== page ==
As a child, I was a big fan of the Little House on the Prairie books and show, and I still have a clear image in my mind of episodes featuring a traveling charlatan, shucking his "cures." Unfortunately, those charlatans still abound, though they now surface in online health forums and pseudo-science articles touting alternative treatments.
One such treatment, called black salve, has so many adherents that the American Academy of Dermatology recently issued a warning about its use to "treat" skin cancer. As Mark Eliason, MD, a University of Utah researcher who recently investigated the use of black salve, explained in a press release:
There is a misperception that black salve 'draws the cancer out,' when, in fact, it just indiscriminately damages anything it touches. One of the reasons black salve treatment is so dangerous is that many users have no idea how harmful it can be.
Black salve is a group of easy-to-obtain balms that contain zinc chloride and sanguinarine, a compound distilled from plants. It sears the skin and is listed on the U.S. Food and Drug Administration's list of "187 fake cancer 'cures' consumers should avoid."
The Utah researchers interviewed 18 people who reported using black salve to treat their skin cancer. Many of the users learned about black salve after talking to friends or family members, and the most common reason cited for turning to the salve was their aversion to surgery.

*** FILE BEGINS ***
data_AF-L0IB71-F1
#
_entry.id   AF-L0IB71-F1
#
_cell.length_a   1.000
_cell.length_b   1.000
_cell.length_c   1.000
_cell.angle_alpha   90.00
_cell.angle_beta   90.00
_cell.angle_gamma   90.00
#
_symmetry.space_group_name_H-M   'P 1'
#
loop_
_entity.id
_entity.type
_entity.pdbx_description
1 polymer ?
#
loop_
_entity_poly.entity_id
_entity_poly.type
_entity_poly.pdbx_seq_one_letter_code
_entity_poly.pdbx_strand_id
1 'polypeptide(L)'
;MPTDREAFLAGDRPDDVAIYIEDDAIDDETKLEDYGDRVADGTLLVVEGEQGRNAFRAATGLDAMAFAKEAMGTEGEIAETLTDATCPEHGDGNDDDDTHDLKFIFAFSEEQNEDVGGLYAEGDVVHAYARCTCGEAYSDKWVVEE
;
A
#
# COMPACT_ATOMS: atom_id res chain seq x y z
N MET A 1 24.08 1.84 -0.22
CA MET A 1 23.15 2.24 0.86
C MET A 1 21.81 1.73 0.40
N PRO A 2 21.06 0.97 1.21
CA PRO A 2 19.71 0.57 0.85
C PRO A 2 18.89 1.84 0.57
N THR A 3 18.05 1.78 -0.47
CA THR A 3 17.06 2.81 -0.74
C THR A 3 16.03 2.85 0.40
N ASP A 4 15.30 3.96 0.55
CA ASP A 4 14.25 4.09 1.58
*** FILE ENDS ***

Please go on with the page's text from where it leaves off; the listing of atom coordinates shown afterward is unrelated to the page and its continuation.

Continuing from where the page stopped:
The paper, which appears in the Journal of the American Academy of Dermatology, also includes some quotes from salve users:
- "Every time they cut into them, those cancer cells are going all throughout your body, which I don't really care for. If I had a spot that I knew was something like that, I would definitely try the black salve again first before I had something like that biopsied and cut" - 62-year-old man
- "I wouldn't hesitate if I had a little bit of black salve. I'd put it on there because I know what it would do and it would be off in a while. Then I wouldn't have to go see a doctor" -73-year-old man
- "I don't have time to sit there and be sick like this all the time. One day of extreme pain, to me, is worth it, rather than have 2 weeks of feeling really sick and looking like a nightmare" -49-year-old woman
The researchers urge people who suspect they have skin cancer to visit a dermatologist.
Previously: Common skin cancer evades treatment via specific mutations, Skin cancer linked to UV-caused mutation in new oncogene, say Stanford researchers and Humble anti-fungal pill appears to have noble side-effect: treating skin cancer
Photo by Carol M. Highsmith